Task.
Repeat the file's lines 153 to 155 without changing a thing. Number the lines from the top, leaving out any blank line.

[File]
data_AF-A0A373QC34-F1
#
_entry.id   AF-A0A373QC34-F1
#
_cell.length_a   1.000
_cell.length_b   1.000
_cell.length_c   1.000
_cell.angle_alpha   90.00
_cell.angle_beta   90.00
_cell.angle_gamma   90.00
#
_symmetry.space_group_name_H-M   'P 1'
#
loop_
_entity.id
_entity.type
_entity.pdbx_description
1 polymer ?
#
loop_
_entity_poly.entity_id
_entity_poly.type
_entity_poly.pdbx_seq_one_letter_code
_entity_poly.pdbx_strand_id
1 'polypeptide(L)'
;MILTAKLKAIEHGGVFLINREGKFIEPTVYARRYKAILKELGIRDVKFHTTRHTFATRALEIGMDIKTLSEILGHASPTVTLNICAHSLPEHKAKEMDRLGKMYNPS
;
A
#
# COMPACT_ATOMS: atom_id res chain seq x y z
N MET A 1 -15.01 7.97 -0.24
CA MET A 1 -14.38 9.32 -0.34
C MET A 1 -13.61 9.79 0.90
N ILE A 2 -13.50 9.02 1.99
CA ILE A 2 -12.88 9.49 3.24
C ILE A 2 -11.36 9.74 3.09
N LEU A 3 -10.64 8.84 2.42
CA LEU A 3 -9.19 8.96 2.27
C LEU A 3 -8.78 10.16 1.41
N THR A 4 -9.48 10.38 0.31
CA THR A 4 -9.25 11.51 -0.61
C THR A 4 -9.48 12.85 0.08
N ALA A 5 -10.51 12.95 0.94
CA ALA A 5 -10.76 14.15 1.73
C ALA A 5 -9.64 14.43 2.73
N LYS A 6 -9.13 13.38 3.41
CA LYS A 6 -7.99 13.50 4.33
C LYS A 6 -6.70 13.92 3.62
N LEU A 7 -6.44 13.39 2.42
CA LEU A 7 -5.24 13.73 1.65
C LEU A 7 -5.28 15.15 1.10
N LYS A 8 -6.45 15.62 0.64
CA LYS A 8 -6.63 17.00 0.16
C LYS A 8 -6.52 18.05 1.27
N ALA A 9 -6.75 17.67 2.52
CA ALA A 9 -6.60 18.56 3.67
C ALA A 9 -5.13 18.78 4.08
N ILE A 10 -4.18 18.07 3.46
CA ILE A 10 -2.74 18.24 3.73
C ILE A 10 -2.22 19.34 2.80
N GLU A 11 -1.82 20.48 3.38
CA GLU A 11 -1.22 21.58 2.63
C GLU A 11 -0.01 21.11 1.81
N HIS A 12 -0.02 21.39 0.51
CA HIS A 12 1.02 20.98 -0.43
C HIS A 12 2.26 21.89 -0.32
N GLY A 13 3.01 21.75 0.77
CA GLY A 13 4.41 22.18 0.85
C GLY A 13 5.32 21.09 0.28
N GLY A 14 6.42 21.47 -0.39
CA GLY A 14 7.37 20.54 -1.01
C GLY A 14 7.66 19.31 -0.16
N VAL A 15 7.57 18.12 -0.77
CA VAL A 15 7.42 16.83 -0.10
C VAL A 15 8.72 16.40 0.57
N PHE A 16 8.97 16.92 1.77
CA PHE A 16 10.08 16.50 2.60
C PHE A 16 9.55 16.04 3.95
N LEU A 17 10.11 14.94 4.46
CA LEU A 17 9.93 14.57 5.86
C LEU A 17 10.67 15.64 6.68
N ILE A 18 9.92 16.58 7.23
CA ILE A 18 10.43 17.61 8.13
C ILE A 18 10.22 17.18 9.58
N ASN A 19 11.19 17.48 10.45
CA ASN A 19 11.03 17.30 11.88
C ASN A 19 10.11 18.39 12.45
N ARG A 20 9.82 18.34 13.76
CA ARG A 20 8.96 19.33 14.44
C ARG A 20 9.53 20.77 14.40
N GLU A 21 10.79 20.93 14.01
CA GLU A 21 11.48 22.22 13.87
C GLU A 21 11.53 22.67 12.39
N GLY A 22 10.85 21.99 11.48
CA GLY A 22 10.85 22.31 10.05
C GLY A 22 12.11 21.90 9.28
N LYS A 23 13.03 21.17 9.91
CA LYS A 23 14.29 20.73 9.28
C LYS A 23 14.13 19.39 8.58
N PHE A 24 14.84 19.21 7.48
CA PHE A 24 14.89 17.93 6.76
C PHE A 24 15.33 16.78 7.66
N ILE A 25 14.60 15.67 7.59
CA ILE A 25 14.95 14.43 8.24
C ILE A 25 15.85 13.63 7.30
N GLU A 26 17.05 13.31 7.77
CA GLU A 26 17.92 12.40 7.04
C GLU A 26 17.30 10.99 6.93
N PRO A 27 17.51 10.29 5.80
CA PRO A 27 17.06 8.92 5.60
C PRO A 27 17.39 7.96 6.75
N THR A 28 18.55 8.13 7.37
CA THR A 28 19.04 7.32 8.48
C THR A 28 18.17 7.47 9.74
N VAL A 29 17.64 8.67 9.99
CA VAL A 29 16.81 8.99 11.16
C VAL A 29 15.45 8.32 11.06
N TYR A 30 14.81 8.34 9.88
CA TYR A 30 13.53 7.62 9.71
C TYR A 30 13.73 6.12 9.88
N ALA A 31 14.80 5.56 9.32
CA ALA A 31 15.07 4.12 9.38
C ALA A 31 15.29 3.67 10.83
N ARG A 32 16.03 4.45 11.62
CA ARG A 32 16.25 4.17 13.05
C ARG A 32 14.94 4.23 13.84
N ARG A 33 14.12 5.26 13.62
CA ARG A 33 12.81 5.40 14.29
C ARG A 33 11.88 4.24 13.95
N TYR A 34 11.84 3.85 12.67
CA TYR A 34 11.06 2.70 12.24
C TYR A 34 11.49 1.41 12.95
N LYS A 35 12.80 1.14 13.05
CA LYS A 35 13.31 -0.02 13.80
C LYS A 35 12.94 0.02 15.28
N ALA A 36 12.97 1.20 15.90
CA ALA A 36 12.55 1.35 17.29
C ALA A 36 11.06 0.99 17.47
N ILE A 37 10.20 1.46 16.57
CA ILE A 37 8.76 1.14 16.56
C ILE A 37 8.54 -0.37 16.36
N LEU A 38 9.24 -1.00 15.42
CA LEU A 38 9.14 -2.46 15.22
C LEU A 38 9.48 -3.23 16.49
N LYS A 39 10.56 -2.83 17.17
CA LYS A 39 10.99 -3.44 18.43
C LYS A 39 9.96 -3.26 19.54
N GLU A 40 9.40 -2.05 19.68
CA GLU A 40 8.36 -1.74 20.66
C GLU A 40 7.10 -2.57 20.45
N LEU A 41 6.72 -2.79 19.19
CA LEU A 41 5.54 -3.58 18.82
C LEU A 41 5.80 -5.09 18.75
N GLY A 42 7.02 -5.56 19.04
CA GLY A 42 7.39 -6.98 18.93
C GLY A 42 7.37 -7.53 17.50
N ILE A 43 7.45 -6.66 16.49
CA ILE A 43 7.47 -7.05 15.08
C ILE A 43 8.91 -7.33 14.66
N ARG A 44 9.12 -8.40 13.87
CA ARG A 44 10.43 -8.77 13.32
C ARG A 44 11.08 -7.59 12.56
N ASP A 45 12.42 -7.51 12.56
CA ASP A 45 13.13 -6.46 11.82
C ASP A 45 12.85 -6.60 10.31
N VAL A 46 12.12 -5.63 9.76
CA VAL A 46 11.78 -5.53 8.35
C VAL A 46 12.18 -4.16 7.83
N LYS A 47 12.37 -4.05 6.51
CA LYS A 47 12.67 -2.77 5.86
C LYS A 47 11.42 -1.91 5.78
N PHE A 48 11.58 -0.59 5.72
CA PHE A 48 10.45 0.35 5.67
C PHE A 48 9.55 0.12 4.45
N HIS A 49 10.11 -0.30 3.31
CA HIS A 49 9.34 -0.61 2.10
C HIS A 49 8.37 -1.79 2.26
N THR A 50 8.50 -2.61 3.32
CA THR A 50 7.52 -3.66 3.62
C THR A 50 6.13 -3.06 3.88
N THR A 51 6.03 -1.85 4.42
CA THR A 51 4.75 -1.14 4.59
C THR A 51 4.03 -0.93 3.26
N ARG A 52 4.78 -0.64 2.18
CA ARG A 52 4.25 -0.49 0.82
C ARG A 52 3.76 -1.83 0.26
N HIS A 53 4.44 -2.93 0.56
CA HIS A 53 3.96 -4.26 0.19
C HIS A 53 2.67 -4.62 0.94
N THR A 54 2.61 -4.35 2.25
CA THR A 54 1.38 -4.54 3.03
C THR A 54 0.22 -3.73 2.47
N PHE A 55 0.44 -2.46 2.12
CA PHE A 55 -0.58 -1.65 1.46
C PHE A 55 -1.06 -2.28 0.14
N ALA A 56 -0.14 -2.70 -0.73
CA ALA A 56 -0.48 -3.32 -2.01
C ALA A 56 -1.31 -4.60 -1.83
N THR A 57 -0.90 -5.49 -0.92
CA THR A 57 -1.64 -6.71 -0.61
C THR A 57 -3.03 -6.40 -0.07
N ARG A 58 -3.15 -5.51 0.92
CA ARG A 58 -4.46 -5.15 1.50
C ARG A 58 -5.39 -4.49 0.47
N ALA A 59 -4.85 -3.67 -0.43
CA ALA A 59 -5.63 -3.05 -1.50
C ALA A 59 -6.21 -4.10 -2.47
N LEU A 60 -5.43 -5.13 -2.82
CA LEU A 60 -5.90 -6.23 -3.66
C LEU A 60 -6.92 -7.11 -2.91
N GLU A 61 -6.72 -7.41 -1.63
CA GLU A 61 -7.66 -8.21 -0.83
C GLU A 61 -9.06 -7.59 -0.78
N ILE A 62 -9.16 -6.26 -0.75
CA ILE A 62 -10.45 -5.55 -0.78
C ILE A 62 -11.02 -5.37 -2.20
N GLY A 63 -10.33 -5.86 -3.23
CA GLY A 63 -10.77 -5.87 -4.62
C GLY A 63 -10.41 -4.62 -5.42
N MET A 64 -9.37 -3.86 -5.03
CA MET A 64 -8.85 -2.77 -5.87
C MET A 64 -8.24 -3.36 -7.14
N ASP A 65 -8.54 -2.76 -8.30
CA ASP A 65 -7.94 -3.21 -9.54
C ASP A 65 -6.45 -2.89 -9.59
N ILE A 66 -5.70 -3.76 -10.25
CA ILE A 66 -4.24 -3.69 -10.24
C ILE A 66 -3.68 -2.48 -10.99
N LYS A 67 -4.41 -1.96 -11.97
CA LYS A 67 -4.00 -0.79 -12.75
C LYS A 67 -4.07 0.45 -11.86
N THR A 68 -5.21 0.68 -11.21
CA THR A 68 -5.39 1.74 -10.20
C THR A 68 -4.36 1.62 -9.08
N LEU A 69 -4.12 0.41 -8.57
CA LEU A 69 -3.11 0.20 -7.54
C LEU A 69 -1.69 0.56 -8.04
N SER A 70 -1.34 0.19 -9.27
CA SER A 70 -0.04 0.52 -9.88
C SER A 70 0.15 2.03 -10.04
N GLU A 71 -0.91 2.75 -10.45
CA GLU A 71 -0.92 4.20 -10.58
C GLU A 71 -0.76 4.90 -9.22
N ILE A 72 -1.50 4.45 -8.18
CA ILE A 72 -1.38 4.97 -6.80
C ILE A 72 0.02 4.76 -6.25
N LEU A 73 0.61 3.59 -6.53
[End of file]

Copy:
C LEU A 41 5.80 -5.09 18.75
N GLY A 42 7.02 -5.56 19.04
CA GLY A 42 7.39 -6.98 18.93